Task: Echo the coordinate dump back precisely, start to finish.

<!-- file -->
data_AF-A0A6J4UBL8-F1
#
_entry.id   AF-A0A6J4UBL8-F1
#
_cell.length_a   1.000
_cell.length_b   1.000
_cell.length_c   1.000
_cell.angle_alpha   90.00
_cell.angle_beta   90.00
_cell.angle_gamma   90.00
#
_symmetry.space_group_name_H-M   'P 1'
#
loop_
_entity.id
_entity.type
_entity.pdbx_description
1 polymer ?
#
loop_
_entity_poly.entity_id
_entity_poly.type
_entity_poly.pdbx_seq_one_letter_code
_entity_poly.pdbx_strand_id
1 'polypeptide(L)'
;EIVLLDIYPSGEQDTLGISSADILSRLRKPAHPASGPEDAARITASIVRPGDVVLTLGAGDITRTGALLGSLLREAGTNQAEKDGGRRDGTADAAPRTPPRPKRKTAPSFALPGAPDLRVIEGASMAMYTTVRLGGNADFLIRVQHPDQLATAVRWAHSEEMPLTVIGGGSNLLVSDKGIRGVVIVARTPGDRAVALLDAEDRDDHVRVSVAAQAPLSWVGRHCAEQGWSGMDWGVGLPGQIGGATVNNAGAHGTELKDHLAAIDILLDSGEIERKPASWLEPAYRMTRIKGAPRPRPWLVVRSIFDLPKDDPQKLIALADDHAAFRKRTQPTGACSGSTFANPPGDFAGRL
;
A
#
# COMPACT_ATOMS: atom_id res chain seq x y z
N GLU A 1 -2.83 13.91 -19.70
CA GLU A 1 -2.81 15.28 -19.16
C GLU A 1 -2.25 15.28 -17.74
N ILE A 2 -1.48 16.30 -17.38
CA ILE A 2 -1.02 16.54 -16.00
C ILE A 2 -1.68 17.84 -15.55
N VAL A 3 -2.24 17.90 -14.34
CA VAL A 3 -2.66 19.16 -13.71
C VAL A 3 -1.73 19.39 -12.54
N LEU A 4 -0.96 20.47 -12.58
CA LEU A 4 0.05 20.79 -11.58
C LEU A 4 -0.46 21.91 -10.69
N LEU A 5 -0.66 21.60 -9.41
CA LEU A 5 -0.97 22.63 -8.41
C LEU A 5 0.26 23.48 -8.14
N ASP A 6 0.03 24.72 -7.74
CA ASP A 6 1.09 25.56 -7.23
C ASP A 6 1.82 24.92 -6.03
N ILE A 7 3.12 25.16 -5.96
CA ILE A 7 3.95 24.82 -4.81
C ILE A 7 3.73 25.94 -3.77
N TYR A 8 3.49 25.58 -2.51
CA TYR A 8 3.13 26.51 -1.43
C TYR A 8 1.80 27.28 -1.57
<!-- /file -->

data_AF-A0A6J4UBL8-F1
#
_entry.id   AF-A0A6J4UBL8-F1
#
_cell.length_a   1.000
_cell.length_b   1.000
_cell.length_c   1.000
_cell.angle_alpha   90.00
_cell.angle_beta   90.00
_cell.angle_gamma   90.00
#
_symmetry.space_group_name_H-M   'P 1'
#
loop_
_entity.id
_entity.type
_entity.pdbx_description
1 polymer ?
#
loop_
_entity_poly.entity_id
_entity_poly.type
_entity_poly.pdbx_seq_one_letter_code
_entity_poly.pdbx_strand_id
1 'polypeptide(L)'
;EIVLLDIYPSGEQDTLGISSADILSRLRKPAHPASGPEDAARITASIVRPGDVVLTLGAGDITRTGALLGSLLREAGTNQAEKDGGRRDGTADAAPRTPPRPKRKTAPSFALPGAPDLRVIEGASMAMYTTVRLGGNADFLIRVQHPDQLATAVRWAHSEEMPLTVIGGGSNLLVSDKGIRGVVIVARTPGDRAVALLDAEDRDDHVRVSVAAQAPLSWVGRHCAEQGWSGMDWGVGLPGQIGGATVNNAGAHGTELKDHLAAIDILLDSGEIERKPASWLEPAYRMTRIKGAPRPRPWLVVRSIFDLPKDDPQKLIALADDHAAFRKRTQPTGACSGSTFANPPGDFAGRL
;
A
#
# COMPACT_ATOMS: atom_id res chain seq x y z
N GLU A 1 -2.83 13.91 -19.70
CA GLU A 1 -2.81 15.28 -19.16
C GLU A 1 -2.25 15.28 -17.74
N ILE A 2 -1.48 16.30 -17.38
CA ILE A 2 -1.02 16.54 -16.00
C ILE A 2 -1.68 17.84 -15.55
N VAL A 3 -2.24 17.90 -14.34
CA VAL A 3 -2.66 19.16 -13.71
C VAL A 3 -1.73 19.39 -12.54
N LEU A 4 -0.96 20.47 -12.58
CA LEU A 4 0.05 20.79 -11.58
C LEU A 4 -0.46 21.91 -10.69
N LEU A 5 -0.66 21.60 -9.41
CA LEU A 5 -0.97 22.63 -8.41
C LEU A 5 0.26 23.48 -8.14
N ASP A 6 0.03 24.72 -7.74
CA ASP A 6 1.09 25.56 -7.23
C ASP A 6 1.82 24.92 -6.03
N ILE A 7 3.12 25.16 -5.96
CA ILE A 7 3.95 24.82 -4.81
C ILE A 7 3.73 25.94 -3.77
N TYR A 8 3.49 25.58 -2.51
CA TYR A 8 3.13 26.51 -1.43
C TYR A 8 1.80 27.28 -1.57